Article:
Home > Cloud Computing > Contentious Issue: When Does a SaaS Offering Qualify As a Cloud SaaS Offering?

Contentious Issue: When Does a SaaS Offering Qualify As a Cloud SaaS Offering?

I made a comment on Twitter a couple of days ago reacting to how some were positioning McAfee’s purchase of MX Logic as the latter representing a “Cloud Security provider.”

The link above has the article’s author referring to the deal as one focused on the expansion of McAfee’s “Cloud portfolio” whilst all the McAfee quotes refer to it as bolstering their “security-as-a-service” offerings.

I read many articles referring to this deal as “Cloud” in nature and in a fit of frustration I said:

I’m sorry, but MX Logic is not a “Cloud Security Provider”

That caught the eye of Erik Boles (@ErikBoles) who suggested that because MX Logic is a SaaS provider, they are a Cloud provider and have been since their start in 2002.  MX Logic’s website advertises them as a SaaS provider, but not a Cloud provider.  McAfee refers to them as security-as-a-service.  I thought it was pretty clear.  Then Erik kept pushing.  I’m glad he did.

We tussled with this and I made mention of the fact that the notions of SaaS and Cloud are mutually exclusive; certainly you can have a company utilize SaaS as a delivery model for their offering, but certain other deployment model and essential characteristics must be met to be considered “Cloud.”

I referred to NIST’s definitions for Cloud service so as to work through this dissonance.

Erik suggested that MX Logic meets the NIST requirements.  I have my doubts.

However, I had to take a step back and admit that because I didn’t know what MX Logic’s operational and infrastructure blueprints looked like, I may be hasty and presumptuous in my ability to dispute Erik’s claims.

Further, I had to come to terms with the fact that  I may be looking through a lens that is inappropriate, limiting or unfair simply because I’m overwhelmed with the marketing shuffle occurring with so many services being branded as “Cloud.”

I decided to sit back and think a little.

So, here’s the issue as I see it:

I think in exploring NIST’s definitions of Cloud, when assessing a SaaS offering’s characteristics against them, the sorts of services that are less focused on a direct coupling of interactivity between the user and the application in the traditional “desktop” sense, but rather replace what would previously be an on-premise network-based infrastructure function, do not fit well in these buckets.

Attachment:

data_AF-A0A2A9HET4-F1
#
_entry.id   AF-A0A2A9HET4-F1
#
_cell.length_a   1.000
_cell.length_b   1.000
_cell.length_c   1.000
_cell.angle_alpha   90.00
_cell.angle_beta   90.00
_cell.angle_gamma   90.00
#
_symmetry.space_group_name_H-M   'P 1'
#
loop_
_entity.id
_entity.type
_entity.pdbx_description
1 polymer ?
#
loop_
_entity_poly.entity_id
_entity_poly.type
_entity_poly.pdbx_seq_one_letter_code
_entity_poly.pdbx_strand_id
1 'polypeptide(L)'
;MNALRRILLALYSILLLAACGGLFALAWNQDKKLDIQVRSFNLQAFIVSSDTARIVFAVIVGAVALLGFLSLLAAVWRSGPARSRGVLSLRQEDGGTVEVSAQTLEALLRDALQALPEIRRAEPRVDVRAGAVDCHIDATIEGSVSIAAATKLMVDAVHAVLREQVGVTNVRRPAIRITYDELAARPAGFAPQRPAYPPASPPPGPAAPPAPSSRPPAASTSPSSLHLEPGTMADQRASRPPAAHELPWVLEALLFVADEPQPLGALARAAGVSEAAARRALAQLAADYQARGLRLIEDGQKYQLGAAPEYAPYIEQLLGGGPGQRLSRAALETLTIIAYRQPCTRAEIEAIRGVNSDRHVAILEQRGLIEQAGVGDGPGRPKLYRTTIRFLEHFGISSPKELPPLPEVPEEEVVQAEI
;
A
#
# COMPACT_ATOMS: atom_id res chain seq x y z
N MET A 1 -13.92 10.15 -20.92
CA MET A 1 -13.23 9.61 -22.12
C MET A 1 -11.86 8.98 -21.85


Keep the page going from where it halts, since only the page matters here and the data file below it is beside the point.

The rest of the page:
Examples are things like security services: Email/web content filtering, Anti-Spam, Anti-Virus, etc.

Even though they are packaged as SaaS to allow for administration, they replace what are generally considered as infrastructure service functions traditionally-supplied via on-premises hardware/software solutions. These offerings provide a way for the consumer to manage certain elements of the service while the rest is operationally obscured.

I have to admit that when I strap on the goggles, it “sounds” like Cloud, but there’s a profound difference.

While we’ve traditionally modeled that PaaS and SaaS are built upon the foundations of IaaS, many of the now-branded “Cloud” services don’t rely at all on the oft-compared Amazon EC2-like IaaS model at all and rather than scale elastically with a “self-service” capability that the consumer has any interaction with, instead rely on good old-fashioned capacity planning and load balancing using the scale out model ala Google. They used to be called managed services and now they are Cloud.

So if a SaaS offering meets all the NIST Cloud characteristics, like Google Docs or GMail, where a user directly interacts with the “service” to perform a function that would otherwise be done locally on their desktop, that seems easy for people to understand and qualify as “Cloud,” at least given how everyone talks about SaaS today.  When we talk about those infrastructure-like services offered up as SaaS, not so much — at least not for people like me — even if it can be shown that they meet the NIST requirements.

So perhaps we’ve got this backwards.  Perhaps it’s the SaaS offerings that have nothing to do with replacing infrastructure that should not be considered as Cloud services, especially when you consider that many of them are built on traditional infrastructure models.  Then again, we see other offerings like Pixily and Animoto that are SaaS offerings built DIRECTLY upon IaaS offerings that also meet the NIST definitions.